Demarcus could apologize, but in his mind, Frederick owed him apologies – for lying to him about this mining expedition. The Hill family had put up the money for the two men to hunt for gold – or for silver at the very least – with Frederick’s promises of great wealth ringing in their ears. So far, Demarcus hadn’t seen so much as a flake of gold – but he had seen rattlesnakes, coyotes, and packs of something called javelinas that resembled vicious pigs – and blisters on his hands where they had never been before. Yesterday’s exertions over a promising-looking vein of rock had added a fresh layer of misery, and no gold to their pockets.

  Now, on the advice of a couple of prospectors they’d met in Tucson, they had landed someplace where a few stubby trees grew and a miserable excuse for a stream trickled by the base of a cliff. It made for an ideal campsite, if one cared for camping out. Also, Demarcus feared, Apaches lurked just over the horizon.

  The only thing that could be said for this place was that the weather was pleasant. The nights were cold, but the days were lovely and warm, much preferrable to early spring in Michigan.

  Demarcus’ stomach gave a long, rumbling growl and he looked in dismay at the pile of flour he’d dumped out. They’d planned to have biscuits for breakfast, but even that was to be denied them.

  “Maybe Old Fred’s right,” he muttered. “Maybe I coulda pulled out a few of those worms. I’ll have to figure out a way to make it up to him.”

  Idly, his gaze lingered over the area, traveling up the cliff face to stop at the sight of a scrubby bush growing out of the rock about ten feet up. He wondered if any part of it might be edible, then his eyes widened as he spied a nest in its scrawny branches. A nest in springtime might mean eggs of some sort – though with his luck, they were probably the spawn of a man-eating buzzard that would swoop down and carry him off to pluck out his entrails.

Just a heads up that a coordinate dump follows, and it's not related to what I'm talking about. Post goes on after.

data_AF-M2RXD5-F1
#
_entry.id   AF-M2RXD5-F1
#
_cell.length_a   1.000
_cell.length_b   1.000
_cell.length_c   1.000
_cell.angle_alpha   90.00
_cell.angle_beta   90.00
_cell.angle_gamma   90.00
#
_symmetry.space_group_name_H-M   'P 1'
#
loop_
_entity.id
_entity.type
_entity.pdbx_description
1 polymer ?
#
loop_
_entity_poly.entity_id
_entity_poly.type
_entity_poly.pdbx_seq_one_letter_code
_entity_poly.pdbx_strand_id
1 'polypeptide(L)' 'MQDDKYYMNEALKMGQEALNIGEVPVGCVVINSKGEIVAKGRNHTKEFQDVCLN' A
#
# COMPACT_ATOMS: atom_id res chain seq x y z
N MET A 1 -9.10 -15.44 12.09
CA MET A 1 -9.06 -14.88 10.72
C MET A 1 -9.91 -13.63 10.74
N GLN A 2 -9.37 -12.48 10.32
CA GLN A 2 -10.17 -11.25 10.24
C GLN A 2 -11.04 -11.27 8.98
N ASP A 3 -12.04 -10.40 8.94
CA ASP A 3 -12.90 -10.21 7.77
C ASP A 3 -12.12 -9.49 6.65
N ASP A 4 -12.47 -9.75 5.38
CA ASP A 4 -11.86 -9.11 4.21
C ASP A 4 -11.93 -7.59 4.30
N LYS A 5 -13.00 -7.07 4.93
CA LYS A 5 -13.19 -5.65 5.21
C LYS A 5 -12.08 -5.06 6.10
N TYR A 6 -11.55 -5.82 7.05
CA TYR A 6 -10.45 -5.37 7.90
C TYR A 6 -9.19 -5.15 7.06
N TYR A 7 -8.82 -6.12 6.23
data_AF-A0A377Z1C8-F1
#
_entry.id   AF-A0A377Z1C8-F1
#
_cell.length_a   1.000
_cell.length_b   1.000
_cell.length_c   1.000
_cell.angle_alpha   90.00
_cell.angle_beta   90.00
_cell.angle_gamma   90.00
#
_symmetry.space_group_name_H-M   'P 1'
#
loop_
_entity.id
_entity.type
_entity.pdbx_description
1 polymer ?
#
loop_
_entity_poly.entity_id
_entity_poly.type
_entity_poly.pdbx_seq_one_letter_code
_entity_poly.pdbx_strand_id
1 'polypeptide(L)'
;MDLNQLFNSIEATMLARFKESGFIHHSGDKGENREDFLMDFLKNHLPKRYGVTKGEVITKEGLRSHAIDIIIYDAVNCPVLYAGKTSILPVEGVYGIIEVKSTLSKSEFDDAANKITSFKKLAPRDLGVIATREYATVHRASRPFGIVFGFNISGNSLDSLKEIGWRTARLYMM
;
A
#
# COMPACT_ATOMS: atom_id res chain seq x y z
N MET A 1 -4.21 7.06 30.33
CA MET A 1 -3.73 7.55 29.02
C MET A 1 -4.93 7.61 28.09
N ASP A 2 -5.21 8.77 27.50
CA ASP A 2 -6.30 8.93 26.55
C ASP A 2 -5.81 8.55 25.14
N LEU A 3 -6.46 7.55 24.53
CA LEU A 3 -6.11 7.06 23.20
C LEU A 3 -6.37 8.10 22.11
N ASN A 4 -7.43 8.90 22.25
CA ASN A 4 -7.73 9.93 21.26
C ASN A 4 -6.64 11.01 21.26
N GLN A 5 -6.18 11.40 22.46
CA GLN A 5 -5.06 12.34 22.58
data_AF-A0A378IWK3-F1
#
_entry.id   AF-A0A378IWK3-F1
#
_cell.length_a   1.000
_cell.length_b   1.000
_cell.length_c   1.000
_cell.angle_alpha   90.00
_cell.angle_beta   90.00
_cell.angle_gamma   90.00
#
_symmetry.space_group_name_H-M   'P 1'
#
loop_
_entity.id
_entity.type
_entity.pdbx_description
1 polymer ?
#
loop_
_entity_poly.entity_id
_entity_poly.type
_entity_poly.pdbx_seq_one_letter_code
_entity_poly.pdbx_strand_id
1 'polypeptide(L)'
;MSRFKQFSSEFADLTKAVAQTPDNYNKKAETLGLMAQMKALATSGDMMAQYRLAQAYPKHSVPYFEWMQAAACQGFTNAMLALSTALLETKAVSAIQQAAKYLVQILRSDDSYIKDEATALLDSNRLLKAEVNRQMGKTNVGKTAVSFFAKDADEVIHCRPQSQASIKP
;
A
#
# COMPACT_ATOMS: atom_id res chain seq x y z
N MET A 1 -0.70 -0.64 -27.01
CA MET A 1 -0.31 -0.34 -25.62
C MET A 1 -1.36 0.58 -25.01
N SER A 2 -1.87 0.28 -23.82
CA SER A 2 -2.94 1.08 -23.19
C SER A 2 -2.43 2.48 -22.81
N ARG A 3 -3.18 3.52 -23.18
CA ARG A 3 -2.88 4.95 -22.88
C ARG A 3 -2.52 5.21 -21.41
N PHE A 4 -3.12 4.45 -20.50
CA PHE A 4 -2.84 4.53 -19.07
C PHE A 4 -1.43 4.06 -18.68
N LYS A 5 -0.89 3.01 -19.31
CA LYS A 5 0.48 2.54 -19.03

He would have to chance it.

  Squaring his shoulders, he began to march up to the base of the cliff, but his confident stride faltered. With a groan, he limped toward his goal since the heavy new boots he’d purchased in Michigan still weren’t broken in and had raised blisters on his delicate flesh. Reaching up, he snagged a handhold in a small crevice, then found a foothold, then another. Quite pleased with himself, he reached the bush without too much effort.

  Extending his hand carefully toward the nest, he discovered it was empty. Disappointed, he grabbed a branch, only to have a sharp sliver drive into one of his fresh blisters. With a howl of pain, he jerked away and tumbled down the cliff, rocks careening after him.

  When Demarcus landed, he felt a sharp snap in his upper arm, then passed out from the pain.

  * * *

  “Demarcus, Demarcus.” He came awake to the sound of his partner’s voice and the sting of open-handed slaps to his cheeks. Groggily, he opened his eyes to see Frederick kneeling over him. “You all right?”